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Helen is a case how disabilities cannot stop someone from functioning. Helen Adams Keller was born on June 27, 1880, in Tuscumbia, Alabama. Helen Keller was born with the ability to see and hear then at 19 months old, she contracted an illness described by doctors as “an acute congestion of the stomach and the brain”, which might have been scarlet fever or meningitis. The illness left her both deaf and blind which put her family especially her mother in shock. When she was young she didn’t really know what faith was, she couldn’t comprehend language let alone religion. In the beginning of the novel Helen was about 6 years old. She had terrible manners and did not know how to communicate well and her parents were on the border of putting her in an institution.
Helen was very close to her mother Kate. Kate babied her very much; whenever she had a fit she would give into her. During the dinner table scene when Annie was trying to teach Helen to have manors and not eat off of peoples plates, she would throw a fit and Kate believed she should have let Helen continued doing it but Annie was stopping her. Kate’s costumes helped convey her age during the time as well as a marking where the audience can see the time period clearly. When Annie asked for two weeks with Helen it was very hard for her mother to allow that. Captain Keller had to force Kate to let Annie do her job. Once she saw all the manners Helen was taught, Kate was more understanding on why Annie took her away. She saw Annie’s teaching habits did work and she was thankful for her services.
Annie was Helens teacher she was very young and at the age of 20. In the play script it was hard to see Annie’s nervousness about teaching Helen but the actor helped us see how she was truly feeling. She herself was blind so it was useful to help her teach Helen. In the beginning Helen hated Annie even though all she was helping her out. Annie was tough on Helen and made her act how should be. Helen did not like not having her way because that’s all she ever knew. Everyone spoiled Helen not just her mother so because of this it made it very difficult for Annie to teacher her. The first thing Annie focused on was teaching her signing in her palm. The first word she taught Helen was doll, which Helen grew to love. The doll was a present Annie gave Helen from the children at the blind school. Annie enforced rules which eventually taught her the ways of life. She learned manners like simple dinner manner. Helen learned to fold her napkin which impressed everyone and it was the start of Helen’s journey to learning.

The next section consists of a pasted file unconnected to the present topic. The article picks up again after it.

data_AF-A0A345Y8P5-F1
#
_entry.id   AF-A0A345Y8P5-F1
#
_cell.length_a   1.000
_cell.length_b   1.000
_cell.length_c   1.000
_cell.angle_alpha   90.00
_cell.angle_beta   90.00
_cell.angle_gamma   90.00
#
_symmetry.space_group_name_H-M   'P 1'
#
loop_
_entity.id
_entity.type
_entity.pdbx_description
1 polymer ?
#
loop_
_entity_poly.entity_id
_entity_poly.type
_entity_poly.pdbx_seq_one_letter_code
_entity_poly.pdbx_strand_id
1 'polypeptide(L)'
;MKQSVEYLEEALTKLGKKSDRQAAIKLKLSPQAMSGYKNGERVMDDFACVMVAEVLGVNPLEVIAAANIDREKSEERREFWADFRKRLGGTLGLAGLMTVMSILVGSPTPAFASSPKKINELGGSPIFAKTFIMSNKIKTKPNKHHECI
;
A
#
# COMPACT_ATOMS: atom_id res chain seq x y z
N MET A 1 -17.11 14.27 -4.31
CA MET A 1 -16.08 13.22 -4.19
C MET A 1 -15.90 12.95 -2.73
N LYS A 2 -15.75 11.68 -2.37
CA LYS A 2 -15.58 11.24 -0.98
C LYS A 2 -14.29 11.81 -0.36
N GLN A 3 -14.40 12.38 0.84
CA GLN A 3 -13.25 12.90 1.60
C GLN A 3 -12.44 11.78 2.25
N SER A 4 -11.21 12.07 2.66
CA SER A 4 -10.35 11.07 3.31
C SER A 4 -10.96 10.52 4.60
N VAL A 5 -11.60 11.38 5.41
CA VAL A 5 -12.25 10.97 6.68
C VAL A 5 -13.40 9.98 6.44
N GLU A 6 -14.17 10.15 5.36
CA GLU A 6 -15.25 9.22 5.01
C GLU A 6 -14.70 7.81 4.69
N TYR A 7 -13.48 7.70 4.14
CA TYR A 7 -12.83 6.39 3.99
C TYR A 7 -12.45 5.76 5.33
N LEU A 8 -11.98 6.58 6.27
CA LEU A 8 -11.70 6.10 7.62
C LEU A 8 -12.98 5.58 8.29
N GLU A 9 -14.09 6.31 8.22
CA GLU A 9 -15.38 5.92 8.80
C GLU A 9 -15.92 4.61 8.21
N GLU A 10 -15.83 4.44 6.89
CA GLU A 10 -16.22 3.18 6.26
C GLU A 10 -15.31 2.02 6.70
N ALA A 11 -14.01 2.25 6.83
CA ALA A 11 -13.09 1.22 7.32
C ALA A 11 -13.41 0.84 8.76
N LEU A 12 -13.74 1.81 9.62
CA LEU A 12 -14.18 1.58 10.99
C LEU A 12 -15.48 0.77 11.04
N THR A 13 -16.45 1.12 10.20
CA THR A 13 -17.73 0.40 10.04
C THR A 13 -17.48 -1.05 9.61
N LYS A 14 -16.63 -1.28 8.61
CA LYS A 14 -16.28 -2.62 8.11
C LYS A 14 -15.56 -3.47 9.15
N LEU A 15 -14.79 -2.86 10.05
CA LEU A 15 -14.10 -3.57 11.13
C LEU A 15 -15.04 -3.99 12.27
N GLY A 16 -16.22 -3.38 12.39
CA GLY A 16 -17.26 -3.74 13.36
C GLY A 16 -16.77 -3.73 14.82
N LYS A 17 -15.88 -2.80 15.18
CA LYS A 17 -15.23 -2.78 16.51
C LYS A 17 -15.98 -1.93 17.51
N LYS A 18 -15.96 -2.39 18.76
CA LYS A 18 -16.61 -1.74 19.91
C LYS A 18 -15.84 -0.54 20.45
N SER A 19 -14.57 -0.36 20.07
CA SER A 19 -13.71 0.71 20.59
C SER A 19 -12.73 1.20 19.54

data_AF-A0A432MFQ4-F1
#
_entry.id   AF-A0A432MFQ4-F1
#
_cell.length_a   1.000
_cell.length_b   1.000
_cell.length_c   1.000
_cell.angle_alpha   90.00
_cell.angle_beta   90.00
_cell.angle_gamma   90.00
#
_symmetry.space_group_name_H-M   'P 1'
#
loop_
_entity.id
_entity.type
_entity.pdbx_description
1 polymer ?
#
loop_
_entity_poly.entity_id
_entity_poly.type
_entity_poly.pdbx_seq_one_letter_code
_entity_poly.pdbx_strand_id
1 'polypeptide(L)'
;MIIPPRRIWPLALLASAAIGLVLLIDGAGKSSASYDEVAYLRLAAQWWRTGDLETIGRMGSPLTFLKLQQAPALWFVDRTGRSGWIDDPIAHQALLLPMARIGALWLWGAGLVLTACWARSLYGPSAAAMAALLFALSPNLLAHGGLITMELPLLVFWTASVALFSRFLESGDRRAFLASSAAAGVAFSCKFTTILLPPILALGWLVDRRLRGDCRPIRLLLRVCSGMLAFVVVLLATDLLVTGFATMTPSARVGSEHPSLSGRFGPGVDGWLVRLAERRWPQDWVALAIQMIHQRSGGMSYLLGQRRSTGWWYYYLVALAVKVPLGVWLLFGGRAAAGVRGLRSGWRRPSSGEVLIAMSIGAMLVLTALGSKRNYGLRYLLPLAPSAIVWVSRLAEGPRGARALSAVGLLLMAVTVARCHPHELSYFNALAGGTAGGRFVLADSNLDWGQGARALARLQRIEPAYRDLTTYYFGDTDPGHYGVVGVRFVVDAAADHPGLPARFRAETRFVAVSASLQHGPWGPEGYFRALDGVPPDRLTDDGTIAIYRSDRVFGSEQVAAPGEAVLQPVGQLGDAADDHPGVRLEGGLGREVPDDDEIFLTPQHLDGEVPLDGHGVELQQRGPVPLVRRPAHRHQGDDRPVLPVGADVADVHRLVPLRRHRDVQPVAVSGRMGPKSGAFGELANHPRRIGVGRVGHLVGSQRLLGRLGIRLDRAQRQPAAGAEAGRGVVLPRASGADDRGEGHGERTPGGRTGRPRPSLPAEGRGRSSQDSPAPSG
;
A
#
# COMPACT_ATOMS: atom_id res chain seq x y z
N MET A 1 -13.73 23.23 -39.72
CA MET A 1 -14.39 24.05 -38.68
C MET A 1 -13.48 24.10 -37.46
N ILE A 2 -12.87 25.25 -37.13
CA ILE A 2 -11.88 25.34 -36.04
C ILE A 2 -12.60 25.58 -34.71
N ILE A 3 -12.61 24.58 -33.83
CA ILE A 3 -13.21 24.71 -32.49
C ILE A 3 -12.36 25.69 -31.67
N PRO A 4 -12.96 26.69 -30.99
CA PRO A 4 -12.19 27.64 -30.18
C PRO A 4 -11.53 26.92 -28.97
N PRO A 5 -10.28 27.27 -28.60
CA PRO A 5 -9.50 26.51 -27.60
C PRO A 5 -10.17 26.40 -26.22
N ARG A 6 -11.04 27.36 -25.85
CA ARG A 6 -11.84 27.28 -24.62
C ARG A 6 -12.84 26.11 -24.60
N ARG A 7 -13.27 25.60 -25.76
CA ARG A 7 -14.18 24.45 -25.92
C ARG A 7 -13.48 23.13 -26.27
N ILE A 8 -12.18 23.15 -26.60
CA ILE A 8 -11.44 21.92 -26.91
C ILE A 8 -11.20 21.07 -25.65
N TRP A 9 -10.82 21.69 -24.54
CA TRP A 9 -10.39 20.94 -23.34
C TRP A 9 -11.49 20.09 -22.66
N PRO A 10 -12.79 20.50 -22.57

Her relationship with Captain Keller and her Brother seemed very distant. In the play we viewed Captain Keller had a very stern deep voice to Helen and other people which conveyed the stern character we read about in the book. Her dad seemed to be more like a bystander; he acted more as Kate’s dad then her husband. He wasn’t proud when Helen could fold a napkin. He didn’t have a close relationship with really anyone especially Helen they did not have a bond. Helen and her step brother didn’t have much of a relationship either but he did help stand up for Annie which helped Annie teach Helen. It seemed he was very jealous of Helen and all the attention she got, he lacked the amount of attention he needed due to Helens disability. It was more aware in the play than the script we read because we got to see the emotions behind his words and actions.
We saw Helen change into a nice young little girl. We saw her go from a mongrel to a little angel. Before she would eat off of people plates now she sits properly and knows how to fold her napkin and use utensils. The big breaking moment for Helen was when she said water. It was both a breakthrough for Helen but Annie as well. She also then loved Annie and Annie realized she loved this little girl very much and that she would be with her for a long time. This breakthrough helped Helen learn many more words and then eventually go to college.
I find the miracle worker very miraculous, I think in my mind it’d be near impossible to be both blind and deaf to be able to communicate with someone let alone talk. I’m very similar to Helen because I myself have a disability, I have a learning disability. I am also very stubborn like Helen I usually want it my way and only my way. However, when I was Helens age I was my mom’s favorite child, she said I was her most behaved one she ever had. When I saw the play it made Helens stubbornness more clear, it seemed she was brattier watching the play than reading it with the acting. The characters in the play that I saw were not the greatest but the lighting helped me look past it. The accents were just terrible and they were distracting.
One of my past experiences of life that makes me think of how Helen experienced thing was when I discovered I had a learning disability. There isn’t really much help for it there’s just different ways I have to look at things. I cannot do multiple choice tests like normal people, I can never comprehend them, which makes my testing difficult since a lot of teachers and professors use multiple choice tests. Just like Helen can’t speak I can’t do what the average person can which is taking a multiple choice test. An experience in art that reminds me of Helen is abstract paintings. One person can’t ever look at it the same or see the same thing just like Helen can’t learn things the same way most people can due to her disability. Abstract art isn’t normal or average just like Helen. She is unique just like every piece of abstract art.